And here's the crazy thing, what's to stop the Big 12 from expanding and adding ten new schools? Then they could double their existing TV contract overnight. That would mean the Big 12 would make more money than any conference in America. It wouldn't be supported by any tangible economic reality, but it's possible.
Hell, the Big 12 could even set up an entirely new division with ten new teams in it and play round robin there -- with none of their existing Big 12 schools playing each other in the regular season -- and not even play the ten new teams until the title game.
That's $250 million more into the Big 12 pockets.
See, the TV networks agreed to the additional money for additional conference teams because they assumed that no conference would decide to add teams that weakened the overall brand. And they were right in every other instance of conference expansion. The SEC, ACC, Big Ten, and Pac 12's brands all got stronger with every round of expansion. (Yes, even when the Big Ten added Maryland and Rutgers). The TV partners never thought a situation like this would arise.
But once you've made the decision to dilute your brand, why stop at two or four additions? Why not go ahead and let everyone into the Big 12 club? Sure, it will all come crashing down in ten years when the new rights deal has to be negotiated, but so what? In the meantime you can make it rain in the college club.
See, the SEC, the Big Ten, the Pac 12, and now the ACC can't expand willy nilly because they are all doing networks. And in order for a network to make financial sense you have to ensure that every school you add brings additional value that's supported by the existing market. That is, the SEC can't add Clemson, for instance, and make more money for everyone else. If the SEC added Clemson, everyone would make less money. The same is true of the Big Ten adding, for instance, Iowa State. You can't add teams in existing states or markets if you have a conference network, it makes zero financial sense.
But the Big 12?
The Big 12 is pocketing the money that comes with each new addition without regard for the existing market conditions. So what if the new schools you add devalue the overall Big 12 brand, it's about the money you make right now. And, crazily, all these schools are so desperate to join the Big Five club that they'll take less than their fair share now and, potentially, forever.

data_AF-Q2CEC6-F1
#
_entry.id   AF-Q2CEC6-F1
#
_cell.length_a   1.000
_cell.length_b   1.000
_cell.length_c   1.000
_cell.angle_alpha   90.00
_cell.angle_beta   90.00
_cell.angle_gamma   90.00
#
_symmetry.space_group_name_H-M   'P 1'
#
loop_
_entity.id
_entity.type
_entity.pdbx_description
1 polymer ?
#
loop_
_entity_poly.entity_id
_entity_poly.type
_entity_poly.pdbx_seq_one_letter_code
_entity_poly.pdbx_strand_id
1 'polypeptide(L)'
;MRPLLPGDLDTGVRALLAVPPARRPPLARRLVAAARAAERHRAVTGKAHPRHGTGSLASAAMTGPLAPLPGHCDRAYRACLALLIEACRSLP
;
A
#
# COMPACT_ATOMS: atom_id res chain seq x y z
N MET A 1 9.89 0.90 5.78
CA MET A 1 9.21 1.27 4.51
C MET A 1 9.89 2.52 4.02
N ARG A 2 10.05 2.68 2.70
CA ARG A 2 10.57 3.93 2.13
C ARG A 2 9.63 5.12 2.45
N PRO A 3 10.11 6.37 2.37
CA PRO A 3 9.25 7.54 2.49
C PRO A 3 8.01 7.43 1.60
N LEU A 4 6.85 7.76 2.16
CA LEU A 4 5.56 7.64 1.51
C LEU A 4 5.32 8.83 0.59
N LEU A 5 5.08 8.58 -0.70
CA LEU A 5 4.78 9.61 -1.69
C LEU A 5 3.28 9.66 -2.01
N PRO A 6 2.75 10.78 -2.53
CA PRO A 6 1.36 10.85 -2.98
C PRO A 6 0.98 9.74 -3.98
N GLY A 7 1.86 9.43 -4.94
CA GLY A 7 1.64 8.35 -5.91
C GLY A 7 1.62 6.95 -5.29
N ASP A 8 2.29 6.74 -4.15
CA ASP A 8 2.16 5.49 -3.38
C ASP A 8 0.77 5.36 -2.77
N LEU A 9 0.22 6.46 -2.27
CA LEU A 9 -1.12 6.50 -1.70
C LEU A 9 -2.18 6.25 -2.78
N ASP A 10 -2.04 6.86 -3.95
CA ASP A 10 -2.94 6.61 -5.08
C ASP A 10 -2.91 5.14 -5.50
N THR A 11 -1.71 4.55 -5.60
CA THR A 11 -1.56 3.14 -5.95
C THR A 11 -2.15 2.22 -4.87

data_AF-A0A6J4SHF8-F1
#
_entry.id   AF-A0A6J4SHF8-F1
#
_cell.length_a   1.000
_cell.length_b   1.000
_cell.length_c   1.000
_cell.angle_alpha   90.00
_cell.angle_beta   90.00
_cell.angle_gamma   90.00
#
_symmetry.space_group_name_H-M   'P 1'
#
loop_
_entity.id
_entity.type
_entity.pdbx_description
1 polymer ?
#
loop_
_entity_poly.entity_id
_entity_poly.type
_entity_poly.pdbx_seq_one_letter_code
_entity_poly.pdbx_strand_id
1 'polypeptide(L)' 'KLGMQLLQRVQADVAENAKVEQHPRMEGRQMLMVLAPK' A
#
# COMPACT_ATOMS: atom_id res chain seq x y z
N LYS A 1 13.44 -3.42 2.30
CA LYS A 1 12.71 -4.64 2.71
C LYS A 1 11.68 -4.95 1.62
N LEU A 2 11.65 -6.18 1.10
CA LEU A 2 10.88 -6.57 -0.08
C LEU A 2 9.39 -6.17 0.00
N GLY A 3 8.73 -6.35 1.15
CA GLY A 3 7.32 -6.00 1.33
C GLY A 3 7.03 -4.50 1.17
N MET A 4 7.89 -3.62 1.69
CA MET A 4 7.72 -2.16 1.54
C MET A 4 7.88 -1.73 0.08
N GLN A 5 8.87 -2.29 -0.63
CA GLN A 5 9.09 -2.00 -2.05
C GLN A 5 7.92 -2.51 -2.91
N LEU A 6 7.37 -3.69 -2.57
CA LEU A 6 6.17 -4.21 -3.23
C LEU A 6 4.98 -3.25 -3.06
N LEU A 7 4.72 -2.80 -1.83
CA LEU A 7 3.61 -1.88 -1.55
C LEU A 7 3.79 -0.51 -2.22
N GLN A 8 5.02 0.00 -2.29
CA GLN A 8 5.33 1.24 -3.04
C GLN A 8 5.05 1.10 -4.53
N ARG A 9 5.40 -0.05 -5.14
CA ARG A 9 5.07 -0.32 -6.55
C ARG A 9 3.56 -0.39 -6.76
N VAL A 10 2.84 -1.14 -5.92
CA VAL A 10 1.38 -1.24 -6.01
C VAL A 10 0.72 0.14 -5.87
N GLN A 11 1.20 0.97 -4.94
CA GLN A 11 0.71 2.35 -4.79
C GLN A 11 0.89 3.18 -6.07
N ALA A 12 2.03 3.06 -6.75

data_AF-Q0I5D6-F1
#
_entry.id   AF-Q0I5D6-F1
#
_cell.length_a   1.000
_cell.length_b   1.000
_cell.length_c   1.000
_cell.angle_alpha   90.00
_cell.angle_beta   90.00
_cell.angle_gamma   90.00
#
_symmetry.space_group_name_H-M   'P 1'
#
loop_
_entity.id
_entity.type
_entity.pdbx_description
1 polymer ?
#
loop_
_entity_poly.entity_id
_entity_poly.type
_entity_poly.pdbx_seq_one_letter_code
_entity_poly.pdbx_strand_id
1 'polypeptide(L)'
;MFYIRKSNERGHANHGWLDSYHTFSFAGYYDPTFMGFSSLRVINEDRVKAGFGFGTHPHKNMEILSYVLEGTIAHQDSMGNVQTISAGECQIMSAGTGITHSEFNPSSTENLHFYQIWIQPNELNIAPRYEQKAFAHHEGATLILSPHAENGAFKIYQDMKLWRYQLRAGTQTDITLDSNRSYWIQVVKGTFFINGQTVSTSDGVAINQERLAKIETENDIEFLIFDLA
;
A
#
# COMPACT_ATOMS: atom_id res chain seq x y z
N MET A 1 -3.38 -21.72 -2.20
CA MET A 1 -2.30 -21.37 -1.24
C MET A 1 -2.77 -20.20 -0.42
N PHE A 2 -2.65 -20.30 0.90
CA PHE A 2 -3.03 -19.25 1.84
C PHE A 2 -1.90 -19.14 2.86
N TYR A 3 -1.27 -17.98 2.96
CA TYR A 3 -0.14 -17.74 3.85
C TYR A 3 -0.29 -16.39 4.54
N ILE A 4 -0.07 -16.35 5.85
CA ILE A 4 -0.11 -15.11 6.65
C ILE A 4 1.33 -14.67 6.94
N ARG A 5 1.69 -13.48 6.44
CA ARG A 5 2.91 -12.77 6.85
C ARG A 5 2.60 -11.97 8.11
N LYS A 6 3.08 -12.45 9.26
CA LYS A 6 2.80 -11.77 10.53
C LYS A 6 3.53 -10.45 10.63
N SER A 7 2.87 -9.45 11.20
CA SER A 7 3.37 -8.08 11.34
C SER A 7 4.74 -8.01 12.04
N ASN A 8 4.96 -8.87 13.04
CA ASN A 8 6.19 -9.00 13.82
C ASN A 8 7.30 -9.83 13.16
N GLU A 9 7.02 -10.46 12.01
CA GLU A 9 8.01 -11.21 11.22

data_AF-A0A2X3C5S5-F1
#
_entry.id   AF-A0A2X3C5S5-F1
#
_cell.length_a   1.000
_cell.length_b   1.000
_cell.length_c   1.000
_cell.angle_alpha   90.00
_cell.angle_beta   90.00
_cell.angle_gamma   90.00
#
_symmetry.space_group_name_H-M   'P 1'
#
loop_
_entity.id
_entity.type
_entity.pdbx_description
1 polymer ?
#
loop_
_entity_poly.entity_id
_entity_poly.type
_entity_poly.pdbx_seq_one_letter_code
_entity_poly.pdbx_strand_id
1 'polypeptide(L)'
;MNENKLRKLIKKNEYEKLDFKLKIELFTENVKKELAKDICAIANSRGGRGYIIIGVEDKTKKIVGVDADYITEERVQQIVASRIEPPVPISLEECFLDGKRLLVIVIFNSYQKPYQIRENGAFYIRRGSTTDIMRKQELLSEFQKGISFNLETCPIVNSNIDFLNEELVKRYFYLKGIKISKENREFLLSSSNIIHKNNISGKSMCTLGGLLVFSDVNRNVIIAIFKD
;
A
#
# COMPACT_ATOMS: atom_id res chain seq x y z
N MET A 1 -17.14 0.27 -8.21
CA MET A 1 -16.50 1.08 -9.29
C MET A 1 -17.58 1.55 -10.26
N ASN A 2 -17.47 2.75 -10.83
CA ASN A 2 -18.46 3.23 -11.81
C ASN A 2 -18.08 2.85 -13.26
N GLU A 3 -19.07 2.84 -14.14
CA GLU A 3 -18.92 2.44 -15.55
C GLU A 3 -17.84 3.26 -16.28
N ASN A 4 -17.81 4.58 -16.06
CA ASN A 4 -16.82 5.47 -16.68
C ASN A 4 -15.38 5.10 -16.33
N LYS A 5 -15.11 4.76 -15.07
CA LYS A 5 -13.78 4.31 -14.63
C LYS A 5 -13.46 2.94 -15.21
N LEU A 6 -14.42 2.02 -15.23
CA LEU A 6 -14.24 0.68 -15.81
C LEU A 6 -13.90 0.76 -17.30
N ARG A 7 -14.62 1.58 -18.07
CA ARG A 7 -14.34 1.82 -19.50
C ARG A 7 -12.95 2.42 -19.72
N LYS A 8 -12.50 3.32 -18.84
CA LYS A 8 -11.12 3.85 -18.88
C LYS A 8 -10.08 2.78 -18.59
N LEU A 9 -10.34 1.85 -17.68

The ten existing Big 12 schools can't keep up with the SEC, Big Ten, ACC, or Pac 12 by making everyone equal so they'll do the opposite -- create extreme inequality.
So Big 12 candidates, start your bidding! And every time someone else bids for conference membership, you better go lower. How low can it go for the Big 12? Who knows? With every school outside of the Big Five this deseperate to get inside the club, there really is no limit to how little some of these schools might be willing to take.
Sure, it's patently unfair and that degree of conference inequality is guaranteed to eventually blow up -- it's the equivalent of a couple deciding to have a new kid instead of getting divorced -- but for the next decade the money is great.
The problem is it sets up perpetual second class citizenship and it isn't supported by existing market economics. If you sell something for a billion dollars and it's actually worth $50 million, eventually the market extracts its price. The TV deal reckoning is coming. But that's in the future, and the Big 12 isn't worried about the future, they're taking out a fifth mortgage on their home. It's free money!
In the meantime though, while the rest of the fat cats in the Big 12 are living in fancy cruise ship staterooms with opulent balconies making it rain, the new schools are in steerage.
Sure it's all floating above water for now.
The problem is, everyone on the Big 12 is still on the Titanic.